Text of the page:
Math Ed SaidJuly 29: Sam Shah blogged, "My Takeaways from #TMC16." It's a detailed, session-by-session post with a lot of ideas for coordinating class discussion and activity.
Shared by: Dan Meyer, Megan W. Taylor, Julie Reulbach, John Golden, Chris Shore, Taylor Belcher, Karyn Vogel, Life LeGeros, Ron King, David Costello, Alex Jaffurs
July 30: Christopher Danielson announced preorders for his book, Which One Doesn't Belong? A Better Shapes Book.
Shared by: Christopher Danielson, Jose Vilson, Tracy Johnston Zager, Laura Wagenman, Malke Rosenfeld, Matthew Oldridge, DeAnn Huinker, Kristin Gray, Andrew Gael, Michael Fenton, WODB? Math, Mary Bourassa, Mark Chubb, Kyle Pearce, Andy Martinson, Glenn Waddell, Jr., David Sabol, Geoff Krall, mathzone, Judy Larsen
July 31: Jeremy Kun wrote an essay called, "Habits of highly mathematical people." It's all good stuff about attending to definitions, counterexamples, defending claims, etc., but I particularly liked this part, because I'm sure I've been guilty of it:
"Anyone who has gone through an undergraduate math education has known a person (or been that person) to regularly point out that X statement is not precisely true in the very special case of Y that nobody intended to include as part of the discussion in the first place. It takes a lot of social maturity beyond the bare mathematical discourse to understand when this is appropriate and when it’s just annoying."Shared by: Patrick Honner, Shauna Hedgepeth, Keith Devlin, Dana C. Ernst, Amy Hogan, Matthew Oldridge
Shared by: Ryan R Ruff, Robin Hosemann, Josh Giesbrecht, Patrick Honner, Henri Picciotto, Matthew Oldridge, Keith Devlin, Mike Thayer, Jocelyn Dagenais, Dr. Natthapoj Trakulphadetkrai, Penny Bentley, Cathy Campbell, Denise Gaskins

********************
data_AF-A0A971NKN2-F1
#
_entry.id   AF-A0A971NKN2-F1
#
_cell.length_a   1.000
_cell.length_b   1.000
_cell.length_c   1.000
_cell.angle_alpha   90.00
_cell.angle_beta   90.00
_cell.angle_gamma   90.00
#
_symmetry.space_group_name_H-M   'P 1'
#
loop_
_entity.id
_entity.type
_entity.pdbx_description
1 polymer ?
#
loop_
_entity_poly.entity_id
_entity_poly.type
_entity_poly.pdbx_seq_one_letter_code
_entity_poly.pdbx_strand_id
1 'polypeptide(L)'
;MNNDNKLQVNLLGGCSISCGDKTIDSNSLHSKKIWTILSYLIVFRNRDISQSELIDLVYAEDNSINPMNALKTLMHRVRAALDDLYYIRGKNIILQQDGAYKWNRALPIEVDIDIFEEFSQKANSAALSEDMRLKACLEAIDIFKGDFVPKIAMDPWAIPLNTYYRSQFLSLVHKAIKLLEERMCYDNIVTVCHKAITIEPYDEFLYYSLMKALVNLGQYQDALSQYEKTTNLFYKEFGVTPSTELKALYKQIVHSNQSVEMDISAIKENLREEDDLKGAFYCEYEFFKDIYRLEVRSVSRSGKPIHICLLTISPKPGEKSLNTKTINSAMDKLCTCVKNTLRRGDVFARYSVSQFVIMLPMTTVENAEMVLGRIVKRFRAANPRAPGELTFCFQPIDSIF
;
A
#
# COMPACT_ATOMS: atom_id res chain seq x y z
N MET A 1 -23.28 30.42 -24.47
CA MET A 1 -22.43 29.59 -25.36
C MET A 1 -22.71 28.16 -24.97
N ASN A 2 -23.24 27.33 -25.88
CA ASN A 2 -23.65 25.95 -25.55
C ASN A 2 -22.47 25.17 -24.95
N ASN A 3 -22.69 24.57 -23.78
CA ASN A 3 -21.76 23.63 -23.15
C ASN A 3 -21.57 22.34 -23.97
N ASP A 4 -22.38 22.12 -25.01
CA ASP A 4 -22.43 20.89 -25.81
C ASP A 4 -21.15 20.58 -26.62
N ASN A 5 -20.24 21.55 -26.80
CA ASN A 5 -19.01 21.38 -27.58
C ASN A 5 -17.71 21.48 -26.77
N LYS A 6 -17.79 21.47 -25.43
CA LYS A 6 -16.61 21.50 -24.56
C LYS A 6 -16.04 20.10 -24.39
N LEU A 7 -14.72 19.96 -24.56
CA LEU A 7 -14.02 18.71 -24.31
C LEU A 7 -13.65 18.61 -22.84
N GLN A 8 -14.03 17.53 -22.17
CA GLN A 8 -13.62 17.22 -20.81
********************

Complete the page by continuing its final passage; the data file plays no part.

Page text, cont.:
August 2: I have an old "explaining invert and multiply" post on this blog and, frankly, I'm embarrassed by it. I did some short algebraic justification and I know I have better explanations. Thanks to Graham Fletcher, he's picked up the torch with a new post, "Making Sense of Invert and Multiply." Graham's explanation is way better than mine, but mine would still look and sound different. Maybe I should still plan on updating that old post after all.
Shared by: Graham Fletcher, Rusty Anderson, Josh Fisher, Jennifer Bell, Greg George, Laura Wagenman, Bryan Anderson, Andrew Gael, Julie Kubiak
August 3: There's a tie and I can't just pick one, so here's a three-fer:
- "How to Make Math More Emotionally Engaging For Students" from KQED News's "MindShift" blog
- "Math Teaching: What We've Learned From Research Over a Decade" on Education Week's "Curriculum Matters" blog
- "A Very Valuable Conjecture" by Dan Meyer
August 4: People were sharing a new resource site, "Math and Social Justice: A Collaborative MTBoS Site." At first I was confused by this site, since I think of Radical Math when it comes to these issues. However, I see that much of what's on Radical Math is now getting quite dated and almost everything is explicitly copyrighted. Maybe in the future these two efforts will become more clearly complimentary, using the strong foundation of Radical Math with the fresh efforts behind the new site.
Shared by: John Golden, Gregory Taylor, Wendy Menard, Annie Perkins, Megan Schmidt, Norma Gordon
Around the Math Ed WebThe Global Math Department is back to having weekly talks, and this Tuesday the topic will be "Back to School Night Ignites."